Yet, it is important to note that in Ohio all charter schools are governed by non-profit boards who may, or may not, decide to hire for-profit operators to run their schools. This is not dissimilar to how school districts decide to purchase curricula, text books, and food services from for-profit providers like McGraw-Hill and Aramark.

Knowing the history, it is not surprising then that the Democratic governor and the House Democrats, who run that chamber for the first time in 14 years, have painted a giant bull's eye on the backs of for-profit school operators. They especially hate White Hat Management (which runs more than two dozen schools in Ohio) and its founder, and major Republican campaign contributor, David Brennan.

If successful, this would be the first time an entire segment of...

Checker and I have some, about how to implement the stimulus package,??in this week's Gadfly. Here's a snippet:

Be transparent. This is already an Obama administration mantra and for good reason. Particularly when implementing your innovation fund, there's no such thing as too much transparency. That's because discretionary federal dollars are like boiling oil, at least in education. Instead of statutory strings attached, there are non-statutory risks. Two are paramount--and have plagued previous education secretaries. First, when you give money to the QRS organization or project, you're not giving it to the XYZ group. That will anger the XYZ folks, who will complain to you, to the White House, to the Congress, and to the media. If complaining doesn't lead to their palms, too, being crossed with federal dollars, they will lambaste you, QRS, and the program itself. That's another big part of what got Reading First into deep trouble--grumps from those who did not get funded. (Read more here.) And second, you will be accused of favoritism, of giving money to your friends, admirers, and political backers. (But why would you give money to your enemies?) That's what happened when Rod Paige steered dollars toward worthy but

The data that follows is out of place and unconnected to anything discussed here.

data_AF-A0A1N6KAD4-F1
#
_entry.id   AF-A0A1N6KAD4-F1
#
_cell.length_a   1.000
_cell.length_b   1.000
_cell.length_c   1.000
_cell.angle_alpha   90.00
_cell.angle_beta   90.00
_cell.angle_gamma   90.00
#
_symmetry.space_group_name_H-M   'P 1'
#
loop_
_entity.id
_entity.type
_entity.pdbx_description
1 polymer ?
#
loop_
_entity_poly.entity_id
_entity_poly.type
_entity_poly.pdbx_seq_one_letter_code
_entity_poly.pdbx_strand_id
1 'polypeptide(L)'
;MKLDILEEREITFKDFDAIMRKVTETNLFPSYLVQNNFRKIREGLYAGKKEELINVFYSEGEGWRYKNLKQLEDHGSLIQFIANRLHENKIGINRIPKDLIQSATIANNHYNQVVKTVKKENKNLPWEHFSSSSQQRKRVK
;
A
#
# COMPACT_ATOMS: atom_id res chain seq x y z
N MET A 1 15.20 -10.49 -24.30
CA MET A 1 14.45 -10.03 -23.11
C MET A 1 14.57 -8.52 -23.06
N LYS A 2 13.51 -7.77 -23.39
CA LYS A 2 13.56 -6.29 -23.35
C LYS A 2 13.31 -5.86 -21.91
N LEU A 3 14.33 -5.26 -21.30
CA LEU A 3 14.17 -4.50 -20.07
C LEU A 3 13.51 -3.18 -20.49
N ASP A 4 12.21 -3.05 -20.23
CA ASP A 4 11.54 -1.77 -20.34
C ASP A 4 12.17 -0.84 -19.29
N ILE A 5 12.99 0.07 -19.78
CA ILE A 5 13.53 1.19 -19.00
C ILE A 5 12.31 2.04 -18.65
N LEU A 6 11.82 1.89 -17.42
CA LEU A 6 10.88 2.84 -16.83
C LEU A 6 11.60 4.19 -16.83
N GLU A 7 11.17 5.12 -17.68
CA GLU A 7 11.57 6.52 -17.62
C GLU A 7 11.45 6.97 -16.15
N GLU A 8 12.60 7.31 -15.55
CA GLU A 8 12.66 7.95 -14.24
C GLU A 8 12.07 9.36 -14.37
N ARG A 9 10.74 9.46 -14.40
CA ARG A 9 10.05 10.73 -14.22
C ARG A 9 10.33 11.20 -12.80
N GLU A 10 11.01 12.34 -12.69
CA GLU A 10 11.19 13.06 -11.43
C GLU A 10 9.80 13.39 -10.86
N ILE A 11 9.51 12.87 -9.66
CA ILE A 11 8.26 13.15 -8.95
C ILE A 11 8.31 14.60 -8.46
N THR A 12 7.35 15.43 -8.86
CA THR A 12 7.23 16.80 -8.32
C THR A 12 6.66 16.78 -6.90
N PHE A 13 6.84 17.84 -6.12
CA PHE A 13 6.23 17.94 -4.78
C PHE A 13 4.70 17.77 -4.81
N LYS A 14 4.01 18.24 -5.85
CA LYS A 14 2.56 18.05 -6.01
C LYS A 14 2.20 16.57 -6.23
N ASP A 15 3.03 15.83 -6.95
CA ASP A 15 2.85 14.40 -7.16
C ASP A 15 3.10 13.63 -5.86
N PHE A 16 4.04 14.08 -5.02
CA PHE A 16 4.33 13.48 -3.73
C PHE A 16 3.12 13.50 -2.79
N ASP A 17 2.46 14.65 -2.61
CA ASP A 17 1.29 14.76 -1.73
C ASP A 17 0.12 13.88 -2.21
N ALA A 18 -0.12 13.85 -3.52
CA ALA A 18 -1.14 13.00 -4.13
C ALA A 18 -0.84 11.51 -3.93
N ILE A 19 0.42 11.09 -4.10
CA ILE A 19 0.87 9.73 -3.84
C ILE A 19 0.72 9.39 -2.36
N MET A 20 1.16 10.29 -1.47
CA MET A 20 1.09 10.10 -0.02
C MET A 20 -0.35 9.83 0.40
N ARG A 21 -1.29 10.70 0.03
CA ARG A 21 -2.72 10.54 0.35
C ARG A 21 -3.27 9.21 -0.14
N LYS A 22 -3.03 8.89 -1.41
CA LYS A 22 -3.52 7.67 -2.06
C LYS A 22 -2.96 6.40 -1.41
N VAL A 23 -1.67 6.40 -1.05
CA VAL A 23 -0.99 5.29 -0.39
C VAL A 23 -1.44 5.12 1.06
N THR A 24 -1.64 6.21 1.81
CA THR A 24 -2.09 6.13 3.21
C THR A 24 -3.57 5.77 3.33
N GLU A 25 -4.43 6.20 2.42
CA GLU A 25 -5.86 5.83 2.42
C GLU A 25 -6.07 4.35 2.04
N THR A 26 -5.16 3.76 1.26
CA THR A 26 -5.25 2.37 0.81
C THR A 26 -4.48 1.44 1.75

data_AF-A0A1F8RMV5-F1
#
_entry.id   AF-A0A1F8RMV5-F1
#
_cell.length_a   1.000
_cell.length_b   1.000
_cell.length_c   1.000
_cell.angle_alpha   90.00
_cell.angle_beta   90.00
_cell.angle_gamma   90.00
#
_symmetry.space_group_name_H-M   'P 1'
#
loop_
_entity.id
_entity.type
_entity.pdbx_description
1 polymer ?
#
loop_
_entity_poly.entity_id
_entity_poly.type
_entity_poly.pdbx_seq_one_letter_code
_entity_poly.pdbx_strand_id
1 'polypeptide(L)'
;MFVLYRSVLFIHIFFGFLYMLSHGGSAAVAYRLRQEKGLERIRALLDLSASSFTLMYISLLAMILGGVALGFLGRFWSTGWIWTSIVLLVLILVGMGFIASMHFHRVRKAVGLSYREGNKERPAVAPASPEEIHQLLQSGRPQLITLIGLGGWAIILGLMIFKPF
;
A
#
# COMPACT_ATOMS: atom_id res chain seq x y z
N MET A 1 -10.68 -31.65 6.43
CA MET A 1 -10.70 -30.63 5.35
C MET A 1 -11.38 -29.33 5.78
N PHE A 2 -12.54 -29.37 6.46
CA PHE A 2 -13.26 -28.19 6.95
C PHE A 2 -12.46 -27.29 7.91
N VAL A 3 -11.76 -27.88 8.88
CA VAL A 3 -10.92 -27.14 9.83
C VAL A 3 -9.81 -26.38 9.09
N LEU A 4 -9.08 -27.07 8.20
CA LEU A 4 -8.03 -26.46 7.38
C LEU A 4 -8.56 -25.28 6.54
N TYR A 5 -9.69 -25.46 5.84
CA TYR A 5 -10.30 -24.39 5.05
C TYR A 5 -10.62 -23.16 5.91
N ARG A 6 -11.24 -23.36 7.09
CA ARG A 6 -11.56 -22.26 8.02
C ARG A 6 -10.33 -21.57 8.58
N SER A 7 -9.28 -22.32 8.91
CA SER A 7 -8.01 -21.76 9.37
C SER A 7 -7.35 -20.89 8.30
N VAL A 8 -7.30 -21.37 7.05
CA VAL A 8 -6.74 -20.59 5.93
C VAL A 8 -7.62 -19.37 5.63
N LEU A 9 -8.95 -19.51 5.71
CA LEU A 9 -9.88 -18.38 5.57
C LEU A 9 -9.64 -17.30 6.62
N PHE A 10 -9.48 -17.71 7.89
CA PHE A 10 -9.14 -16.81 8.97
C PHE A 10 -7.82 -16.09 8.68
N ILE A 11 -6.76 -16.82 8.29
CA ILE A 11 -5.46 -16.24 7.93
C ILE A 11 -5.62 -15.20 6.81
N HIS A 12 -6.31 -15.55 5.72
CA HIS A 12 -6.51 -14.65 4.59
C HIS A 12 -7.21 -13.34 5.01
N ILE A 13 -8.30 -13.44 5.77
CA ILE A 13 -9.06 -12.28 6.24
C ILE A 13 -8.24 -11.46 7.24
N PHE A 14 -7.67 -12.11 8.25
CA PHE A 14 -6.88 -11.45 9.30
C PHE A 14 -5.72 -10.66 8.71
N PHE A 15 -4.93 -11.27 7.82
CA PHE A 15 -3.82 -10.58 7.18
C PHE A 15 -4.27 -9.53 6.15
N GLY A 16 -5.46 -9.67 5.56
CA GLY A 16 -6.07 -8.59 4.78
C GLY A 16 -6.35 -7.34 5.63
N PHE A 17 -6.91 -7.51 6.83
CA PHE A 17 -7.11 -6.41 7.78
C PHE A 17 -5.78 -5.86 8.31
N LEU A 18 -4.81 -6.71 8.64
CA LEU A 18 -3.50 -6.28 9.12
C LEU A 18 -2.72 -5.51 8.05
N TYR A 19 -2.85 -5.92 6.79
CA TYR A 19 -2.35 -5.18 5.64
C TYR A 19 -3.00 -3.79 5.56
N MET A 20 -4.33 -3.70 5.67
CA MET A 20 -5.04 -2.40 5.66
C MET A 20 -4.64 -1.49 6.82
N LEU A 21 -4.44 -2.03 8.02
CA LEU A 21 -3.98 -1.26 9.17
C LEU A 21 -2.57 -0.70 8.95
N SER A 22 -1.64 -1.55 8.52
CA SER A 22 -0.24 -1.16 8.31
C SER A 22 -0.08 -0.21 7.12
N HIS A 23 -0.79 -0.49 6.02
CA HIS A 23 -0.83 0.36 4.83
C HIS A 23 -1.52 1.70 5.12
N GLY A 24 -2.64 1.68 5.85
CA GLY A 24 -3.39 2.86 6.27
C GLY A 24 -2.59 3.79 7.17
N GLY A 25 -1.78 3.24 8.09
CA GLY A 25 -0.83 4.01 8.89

This letter to the editor is worth reading:

To the Editor:

Education Week readers should know that Massachusetts' stellar scores in science and math in both grade 4 and grade 8 on the 2007 Trends in International Mathematics and Science Study are due to more than strong academic standards and content-oriented professional development ("Standards Help Minn. Vie With Top Nations," Jan. 21, 2009.) As in Minnesota, the only other U.S. state to participate in TIMSS in both 1995 and 2007, many factors have contributed to impressive gains, an indication of the latest "Massachusetts Miracle."

I was the deputy commissioner at the Massachusetts Department of Education from 1999 to 2003, responsible not only for assuring the academic quality of the state's math and science standards (with considerable help from mathematicians and scientists), but also for aligning the state's teacher-licensing regulations, and the revised licensure tests based on them, directly to these standards. The new licensure tests for elementary and middle school teachers, in particular, stressed content, not pedagogy, and weighted math and science more heavily than before, leading to an academically stronger teacher corps in K-8 since 2002.

But there is one more factor your


According to this New York Times column, the father of modern biology, who was born 200 years ago today,??would be "pleased,??but not surprised" by the developments in genetics and other fields that have furthered our understanding of evolution and natural selection. But no doubt he would be outraged to learn that only four in ten Americans believe in the theory of evolution, according to a new??Gallup Poll. The news is slightly less glum for young Americans (aged 18-34); about half of them believe in the e-word. Perhaps the other half are clustered in the 23 states that, as of 2005 at least, had squishy enough standards on evolution to earn this element a D or F from Fordham's science experts.

Get the minute-by-minute at Education Week's Politics K-12??blog. It looks like the contours of the bill are closer to the Senate version; it's not clear yet if the reform-minded??pieces of the House bill (on charters, merit pay, data systems, etc.) made it through.